New practical guide, developed with academics, provides ways to promote and measure integration
Home Office publishes report and framework to aid integration of refugees and migrants
07 June 2019
The Home Office on Monday published a new report and accompanying resources which aim to provide practical ways to understand, measure and support the integration of refugees and migrants.
You can access the report and the materials for the 2019 version of the Indicators of Integration framework here.
In the foreword to the main report, immigration minister Caroline Nokes said: "This framework is intended to be a resource for integration practitioners at all levels, offering a common language for understanding, planning, monitoring and measuring integration, and supporting better and more tailored integration services. It has been developed in collaboration with academics and with input from migrant organisations, the voluntary sector, local and national governments and, most importantly, migrants themselves.
"By bringing together all these aspects of successful integration, we hope those who work directly to help integrate migrants will be able to consider how they can combine available resources with better, and more cost-effective, processes and outcomes. The objective of this framework is to help organisations take a structured but flexible approach to their strategies and interventions. Our aim is not to interfere – we don't claim to know better than those at the front line of integration – but to offer guidance and tools where necessary, and to support sharing best practice."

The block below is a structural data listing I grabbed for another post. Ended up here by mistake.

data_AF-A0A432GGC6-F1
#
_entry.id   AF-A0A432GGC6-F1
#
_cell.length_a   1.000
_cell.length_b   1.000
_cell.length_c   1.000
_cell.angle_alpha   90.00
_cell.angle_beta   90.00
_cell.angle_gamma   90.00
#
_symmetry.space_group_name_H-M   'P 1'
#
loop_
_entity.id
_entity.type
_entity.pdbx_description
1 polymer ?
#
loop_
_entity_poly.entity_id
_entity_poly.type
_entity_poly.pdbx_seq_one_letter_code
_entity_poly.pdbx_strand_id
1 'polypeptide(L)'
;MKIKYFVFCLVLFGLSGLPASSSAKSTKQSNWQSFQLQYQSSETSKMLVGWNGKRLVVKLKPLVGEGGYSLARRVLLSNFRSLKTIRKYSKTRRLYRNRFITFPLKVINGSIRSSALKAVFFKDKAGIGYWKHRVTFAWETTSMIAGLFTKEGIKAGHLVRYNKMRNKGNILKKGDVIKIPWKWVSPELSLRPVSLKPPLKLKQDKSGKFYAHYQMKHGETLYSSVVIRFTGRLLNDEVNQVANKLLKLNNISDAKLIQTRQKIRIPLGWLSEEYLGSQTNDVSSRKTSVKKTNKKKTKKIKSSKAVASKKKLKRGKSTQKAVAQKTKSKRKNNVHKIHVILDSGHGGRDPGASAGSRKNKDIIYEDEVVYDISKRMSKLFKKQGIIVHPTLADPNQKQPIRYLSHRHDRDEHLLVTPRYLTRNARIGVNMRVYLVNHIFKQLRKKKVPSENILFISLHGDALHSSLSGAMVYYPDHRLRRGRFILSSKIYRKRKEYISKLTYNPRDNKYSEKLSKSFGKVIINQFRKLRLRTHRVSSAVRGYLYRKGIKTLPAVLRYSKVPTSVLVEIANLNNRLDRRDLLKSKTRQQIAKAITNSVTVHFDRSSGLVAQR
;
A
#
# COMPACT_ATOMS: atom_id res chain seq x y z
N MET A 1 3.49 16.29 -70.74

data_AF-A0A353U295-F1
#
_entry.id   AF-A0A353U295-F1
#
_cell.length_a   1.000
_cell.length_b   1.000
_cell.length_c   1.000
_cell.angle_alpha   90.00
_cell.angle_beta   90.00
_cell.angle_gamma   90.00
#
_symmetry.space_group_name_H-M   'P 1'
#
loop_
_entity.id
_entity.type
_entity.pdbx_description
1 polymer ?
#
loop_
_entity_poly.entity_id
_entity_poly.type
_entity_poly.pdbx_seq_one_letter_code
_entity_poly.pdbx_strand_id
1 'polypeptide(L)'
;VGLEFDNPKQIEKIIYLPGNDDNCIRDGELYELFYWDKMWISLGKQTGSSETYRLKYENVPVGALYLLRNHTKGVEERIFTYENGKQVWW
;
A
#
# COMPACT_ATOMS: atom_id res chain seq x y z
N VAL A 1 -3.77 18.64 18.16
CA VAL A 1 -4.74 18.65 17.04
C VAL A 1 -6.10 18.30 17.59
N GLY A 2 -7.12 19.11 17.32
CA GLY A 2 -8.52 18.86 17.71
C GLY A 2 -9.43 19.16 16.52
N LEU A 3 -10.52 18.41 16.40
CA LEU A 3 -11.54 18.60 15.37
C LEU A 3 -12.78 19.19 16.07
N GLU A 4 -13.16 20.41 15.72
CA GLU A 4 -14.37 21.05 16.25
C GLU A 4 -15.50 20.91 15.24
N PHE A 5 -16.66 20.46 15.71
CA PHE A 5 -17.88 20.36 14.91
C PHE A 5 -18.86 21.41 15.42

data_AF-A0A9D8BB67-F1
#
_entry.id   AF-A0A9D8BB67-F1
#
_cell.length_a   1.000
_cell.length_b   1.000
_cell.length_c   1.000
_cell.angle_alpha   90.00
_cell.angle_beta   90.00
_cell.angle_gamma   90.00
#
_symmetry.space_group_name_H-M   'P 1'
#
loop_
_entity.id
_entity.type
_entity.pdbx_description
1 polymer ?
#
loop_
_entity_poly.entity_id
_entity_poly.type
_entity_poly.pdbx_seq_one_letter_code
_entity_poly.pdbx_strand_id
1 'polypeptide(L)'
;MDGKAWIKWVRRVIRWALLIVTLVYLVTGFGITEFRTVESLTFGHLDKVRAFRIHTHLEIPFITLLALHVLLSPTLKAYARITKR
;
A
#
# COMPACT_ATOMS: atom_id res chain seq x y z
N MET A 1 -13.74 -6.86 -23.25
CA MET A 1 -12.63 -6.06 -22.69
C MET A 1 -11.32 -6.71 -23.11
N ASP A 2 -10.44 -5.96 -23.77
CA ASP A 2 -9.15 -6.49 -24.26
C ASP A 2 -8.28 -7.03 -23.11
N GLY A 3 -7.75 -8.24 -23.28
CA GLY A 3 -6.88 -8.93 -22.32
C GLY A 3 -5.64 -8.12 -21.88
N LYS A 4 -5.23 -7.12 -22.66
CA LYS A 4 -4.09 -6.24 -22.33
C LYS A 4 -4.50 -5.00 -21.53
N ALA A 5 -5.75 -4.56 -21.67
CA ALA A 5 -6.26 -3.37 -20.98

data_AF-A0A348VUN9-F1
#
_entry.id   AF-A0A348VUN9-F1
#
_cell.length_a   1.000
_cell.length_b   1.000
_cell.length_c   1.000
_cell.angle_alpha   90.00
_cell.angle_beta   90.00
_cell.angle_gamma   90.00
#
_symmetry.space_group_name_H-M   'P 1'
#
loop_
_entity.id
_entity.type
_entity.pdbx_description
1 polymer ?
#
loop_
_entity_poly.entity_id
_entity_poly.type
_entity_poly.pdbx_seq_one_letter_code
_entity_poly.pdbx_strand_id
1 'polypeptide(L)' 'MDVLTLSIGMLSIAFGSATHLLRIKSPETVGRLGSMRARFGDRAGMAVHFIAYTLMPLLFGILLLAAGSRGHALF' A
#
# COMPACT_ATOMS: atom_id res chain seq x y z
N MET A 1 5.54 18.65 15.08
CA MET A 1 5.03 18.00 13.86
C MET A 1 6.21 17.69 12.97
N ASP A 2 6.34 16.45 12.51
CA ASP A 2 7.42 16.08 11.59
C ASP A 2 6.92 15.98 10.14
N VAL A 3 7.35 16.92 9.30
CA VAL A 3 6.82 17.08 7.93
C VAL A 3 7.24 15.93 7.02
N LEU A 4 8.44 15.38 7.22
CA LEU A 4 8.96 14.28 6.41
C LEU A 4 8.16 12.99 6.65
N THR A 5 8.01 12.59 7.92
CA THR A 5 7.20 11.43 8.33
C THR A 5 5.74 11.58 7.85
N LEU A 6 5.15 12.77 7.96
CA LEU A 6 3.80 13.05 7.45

The new framework builds on and replaces the earlier 2004 framework.
The report explains that the new framework seeks to present a holistic understanding of the experiences of integration, including by identifying the factors that are known to contribute to integration, such as access to resources and opportunities as well as social mixing.
"Professionals will be able to use the framework to develop strategies and assess the effectiveness of integration based on fourteen key areas, such as work, education, housing, health and culture. They will also have access, through the accompanying toolkit, to common questions and tools for measuring impact," the Home Office said.
Professor Jenny Phillimore of the University of Birmingham wrote on The Conversation website: "The Home Office's new Indicators of Integration, which I helped to design as part of a small team of academics and researchers after a wide-ranging consultation, are intended to be a tool to help national and local governments, NGOs and other providers plan interventions and to promote and measure integration. It's currently unclear how well refugees are integrating in different parts of the country, and the new indicators are designed to address this gap."
According to Phillimore, the 2019 version represents a shift in thinking over the earlier 2004 framework: "No longer is integration mainly the responsibility of refugees. Instead, it is now seen in the UK as being dependent on a wide range of factors, such as social, political and economic conditions, which vary according to a person's needs and the geographical context. Integration is also now considered the responsibility of everyone including governments at all levels, the communities receiving refugees, and the newcomers themselves."
Phillimore says she believes the new indicators have the potential to reshape policy and practice around refugee integration away from the "hostile" approach of recent years, to one that helps support integration.